Knowledge Base Systems

Knowledge Base Systems

Manjunath Ramachandra (MSR School of Advanced Studies, Philips, India)
DOI: 10.4018/978-1-60566-888-8.ch016

Abstract

A dumb information system in the information supply chain can provide data that is often difficult for the customer to interpret and use. To help in this regard, machine intelligence based on some learning rules is introduced in this chapter. Architecture of the knowledge base and the rule base are explained. The acquired knowledge from the different sources is to be consolidated.
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Introduction

The last chapter deals with the identification of patterns in the data. The occurrence of the patterns in the data takes it to a higher level of organization, clearly indicating it is not junk. Based on a chain of reasoning and inferences, these data patterns provide a solution for complex problems. Here, the architecture to build a system that provides expert solutions for the domain specific problems is discussed.

In a traditional computing system, there is less scope for providing the solutions for the problems based on the previous learning. The solutions are hardcoded with a rigid program language and remain the same always. On the other hand, in an expert system, the solution is coded in the database rather than being provided by a program. This architecture is advantageous in several ways.

In an expert system, the information is modeled at a higher level of the abstraction. To build the model resembling the human reasoning, support from different tools and symbolic languages is sought. The language used for modeling supports Rule-based programming, where a set of rules are used to represent heuristics or actions under s certain context or situation. A Rule has two portions:

  • 1.

    An if portion where a series of conditions or patterns or stimuli are specified. These patterns are to be matched with the input pattern to excite the appropriate condition.

  • 2.

    A then portion where the effects or the consequences are described when the if portion turns out to be true.

The usage of a neural network for pattern matching has been given in the chapter on intelligent information processing. The architecture of expert systems with the organization of data in to abstraction levels in place is the topic of discussion here.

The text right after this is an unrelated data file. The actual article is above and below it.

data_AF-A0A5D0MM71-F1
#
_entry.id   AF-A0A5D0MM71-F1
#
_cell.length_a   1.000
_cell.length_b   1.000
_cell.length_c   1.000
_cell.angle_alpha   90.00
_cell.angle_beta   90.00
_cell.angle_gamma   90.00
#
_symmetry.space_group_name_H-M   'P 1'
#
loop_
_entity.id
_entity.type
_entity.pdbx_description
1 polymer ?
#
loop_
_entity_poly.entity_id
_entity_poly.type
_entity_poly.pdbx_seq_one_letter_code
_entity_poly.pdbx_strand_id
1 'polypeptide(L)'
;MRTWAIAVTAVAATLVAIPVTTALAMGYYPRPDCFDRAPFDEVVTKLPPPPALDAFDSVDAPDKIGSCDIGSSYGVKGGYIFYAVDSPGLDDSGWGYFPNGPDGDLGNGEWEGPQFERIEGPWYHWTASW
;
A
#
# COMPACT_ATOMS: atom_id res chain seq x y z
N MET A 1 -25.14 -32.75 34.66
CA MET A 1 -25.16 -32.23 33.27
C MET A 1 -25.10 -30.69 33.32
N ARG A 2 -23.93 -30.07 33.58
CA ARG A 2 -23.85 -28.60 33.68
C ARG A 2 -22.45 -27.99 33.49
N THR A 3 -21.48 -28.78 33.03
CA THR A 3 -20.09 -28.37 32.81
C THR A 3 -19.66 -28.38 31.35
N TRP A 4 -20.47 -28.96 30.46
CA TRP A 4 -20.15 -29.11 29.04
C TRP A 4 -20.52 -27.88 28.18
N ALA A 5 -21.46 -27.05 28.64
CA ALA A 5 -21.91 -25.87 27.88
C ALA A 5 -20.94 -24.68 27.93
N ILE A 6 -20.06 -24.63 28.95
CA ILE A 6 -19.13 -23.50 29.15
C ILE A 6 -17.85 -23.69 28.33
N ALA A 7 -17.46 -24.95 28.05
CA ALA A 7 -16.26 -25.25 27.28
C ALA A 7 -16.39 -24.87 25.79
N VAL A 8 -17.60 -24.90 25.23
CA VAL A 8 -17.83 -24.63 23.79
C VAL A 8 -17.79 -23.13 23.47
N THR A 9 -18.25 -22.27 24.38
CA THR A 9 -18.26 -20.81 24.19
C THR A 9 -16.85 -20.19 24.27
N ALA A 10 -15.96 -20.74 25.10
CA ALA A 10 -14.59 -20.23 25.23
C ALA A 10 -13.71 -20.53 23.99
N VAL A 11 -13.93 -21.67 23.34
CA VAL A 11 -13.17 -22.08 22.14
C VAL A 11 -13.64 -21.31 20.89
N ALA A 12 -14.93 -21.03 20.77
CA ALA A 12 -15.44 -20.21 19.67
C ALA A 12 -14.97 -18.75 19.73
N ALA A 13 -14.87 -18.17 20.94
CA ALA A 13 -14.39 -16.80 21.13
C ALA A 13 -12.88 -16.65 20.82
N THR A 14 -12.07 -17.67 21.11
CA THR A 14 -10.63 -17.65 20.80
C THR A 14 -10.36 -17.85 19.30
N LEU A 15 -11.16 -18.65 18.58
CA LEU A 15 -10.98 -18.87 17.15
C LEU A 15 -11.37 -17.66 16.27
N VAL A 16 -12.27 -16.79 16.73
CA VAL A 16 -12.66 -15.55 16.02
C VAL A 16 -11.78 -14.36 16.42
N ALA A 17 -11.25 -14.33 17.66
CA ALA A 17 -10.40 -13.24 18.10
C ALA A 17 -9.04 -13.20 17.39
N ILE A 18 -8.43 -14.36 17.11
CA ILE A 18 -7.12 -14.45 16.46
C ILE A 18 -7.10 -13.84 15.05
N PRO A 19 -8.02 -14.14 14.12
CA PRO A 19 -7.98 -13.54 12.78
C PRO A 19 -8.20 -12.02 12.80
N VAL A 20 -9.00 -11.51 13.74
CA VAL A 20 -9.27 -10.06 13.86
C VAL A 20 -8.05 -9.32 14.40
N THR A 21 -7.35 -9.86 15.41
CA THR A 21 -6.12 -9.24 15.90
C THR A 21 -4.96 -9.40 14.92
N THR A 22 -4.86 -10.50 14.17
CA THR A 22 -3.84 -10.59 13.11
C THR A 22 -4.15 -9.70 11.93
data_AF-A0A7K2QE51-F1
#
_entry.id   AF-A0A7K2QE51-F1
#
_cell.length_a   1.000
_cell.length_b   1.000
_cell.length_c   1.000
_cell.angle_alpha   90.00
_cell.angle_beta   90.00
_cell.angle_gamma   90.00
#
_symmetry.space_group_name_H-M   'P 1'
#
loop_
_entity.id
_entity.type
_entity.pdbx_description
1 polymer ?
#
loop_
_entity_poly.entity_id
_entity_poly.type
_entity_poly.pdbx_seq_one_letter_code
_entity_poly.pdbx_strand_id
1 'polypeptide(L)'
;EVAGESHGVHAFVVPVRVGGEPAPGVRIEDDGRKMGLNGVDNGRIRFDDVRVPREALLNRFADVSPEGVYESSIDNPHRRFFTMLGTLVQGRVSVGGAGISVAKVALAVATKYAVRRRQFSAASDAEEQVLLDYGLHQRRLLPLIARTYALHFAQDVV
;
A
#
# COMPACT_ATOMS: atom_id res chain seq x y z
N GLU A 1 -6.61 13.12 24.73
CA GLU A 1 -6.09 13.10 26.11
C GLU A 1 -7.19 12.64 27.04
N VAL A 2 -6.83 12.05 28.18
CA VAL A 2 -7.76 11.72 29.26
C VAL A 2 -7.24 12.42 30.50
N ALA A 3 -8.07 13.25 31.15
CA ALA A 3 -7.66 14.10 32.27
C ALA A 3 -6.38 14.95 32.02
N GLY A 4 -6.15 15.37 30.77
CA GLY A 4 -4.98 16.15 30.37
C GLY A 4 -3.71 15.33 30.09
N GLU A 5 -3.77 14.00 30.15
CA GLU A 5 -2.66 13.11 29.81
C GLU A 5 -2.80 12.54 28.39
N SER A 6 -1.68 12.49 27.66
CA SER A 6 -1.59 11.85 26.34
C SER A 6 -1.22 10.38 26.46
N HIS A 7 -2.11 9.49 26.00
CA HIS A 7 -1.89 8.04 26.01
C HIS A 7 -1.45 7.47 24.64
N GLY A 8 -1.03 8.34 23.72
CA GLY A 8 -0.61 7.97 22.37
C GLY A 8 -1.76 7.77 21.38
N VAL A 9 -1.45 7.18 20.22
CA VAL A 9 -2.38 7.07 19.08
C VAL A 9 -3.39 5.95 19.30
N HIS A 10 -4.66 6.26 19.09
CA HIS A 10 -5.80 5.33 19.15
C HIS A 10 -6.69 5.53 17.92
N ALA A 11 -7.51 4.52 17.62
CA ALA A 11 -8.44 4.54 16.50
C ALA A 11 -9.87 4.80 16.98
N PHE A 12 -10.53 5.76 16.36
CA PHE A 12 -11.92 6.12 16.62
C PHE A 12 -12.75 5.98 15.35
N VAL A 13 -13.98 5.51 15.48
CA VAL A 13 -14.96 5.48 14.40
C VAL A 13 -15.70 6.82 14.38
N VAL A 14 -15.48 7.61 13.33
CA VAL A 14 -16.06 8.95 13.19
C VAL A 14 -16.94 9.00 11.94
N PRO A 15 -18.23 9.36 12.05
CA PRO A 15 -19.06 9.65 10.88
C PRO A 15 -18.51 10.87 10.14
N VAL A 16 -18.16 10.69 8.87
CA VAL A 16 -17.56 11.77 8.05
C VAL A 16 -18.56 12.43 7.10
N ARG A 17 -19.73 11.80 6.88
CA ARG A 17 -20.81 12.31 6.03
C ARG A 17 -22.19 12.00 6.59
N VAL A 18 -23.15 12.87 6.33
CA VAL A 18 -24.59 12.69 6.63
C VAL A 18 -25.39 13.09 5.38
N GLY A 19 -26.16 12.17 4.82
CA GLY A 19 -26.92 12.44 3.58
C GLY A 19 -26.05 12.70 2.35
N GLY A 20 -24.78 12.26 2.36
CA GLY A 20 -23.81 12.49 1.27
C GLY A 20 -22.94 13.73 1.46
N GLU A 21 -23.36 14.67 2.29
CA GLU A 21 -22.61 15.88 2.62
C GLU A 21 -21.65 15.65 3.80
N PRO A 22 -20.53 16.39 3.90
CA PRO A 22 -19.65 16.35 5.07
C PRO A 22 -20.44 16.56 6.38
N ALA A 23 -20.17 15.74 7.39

Expert systems are useful for getting specific solutions for the problems in domains as diverse as mathematics, medicine, business, law, military, education etc. Although the knowledge stored in an expert system is specific to a domain, it can provide solution for any problem with in the domain. In this chapter, the components of the expert system are discussed in detail. The architecture of the expert system in turn determines the design of the applications calling the same. The different services that need the help of an expert system are e- governance, portals, knowledge management (Liebowitz, J. & Chen, Y, 2001), etc. Generally, the queries focus on:

  • Diagnosis: Used to find the faults in the data when it is difficult to carryout manually. For example, design of a million gate integrated circuit.

  • Data Interpretation: When it is difficult to analyze a large volume of data, for example, geological data, the help of an expert system is sought to find the patterns and interpret the data.

In an expert system, the solution provided depends more on the problem type than on the domain of the problem. In its simple form, it takes the queries from the user or the invoking applications, provides the required information as well as clarification required to solve the problem or help in the decision making (Power, D. J, 2002). Often it is iterative providing more precise answer in each of the iterations. Thus it is much powerful than an ordinary search engine.

An expert system is designed to address the requirements of a specific domain with a much focused objective. This is because they perform well and maintain the knowledge base of a single domain when they have a narrow focus rather than maintaining information on all the areas that are generally not requested by the users of the system.

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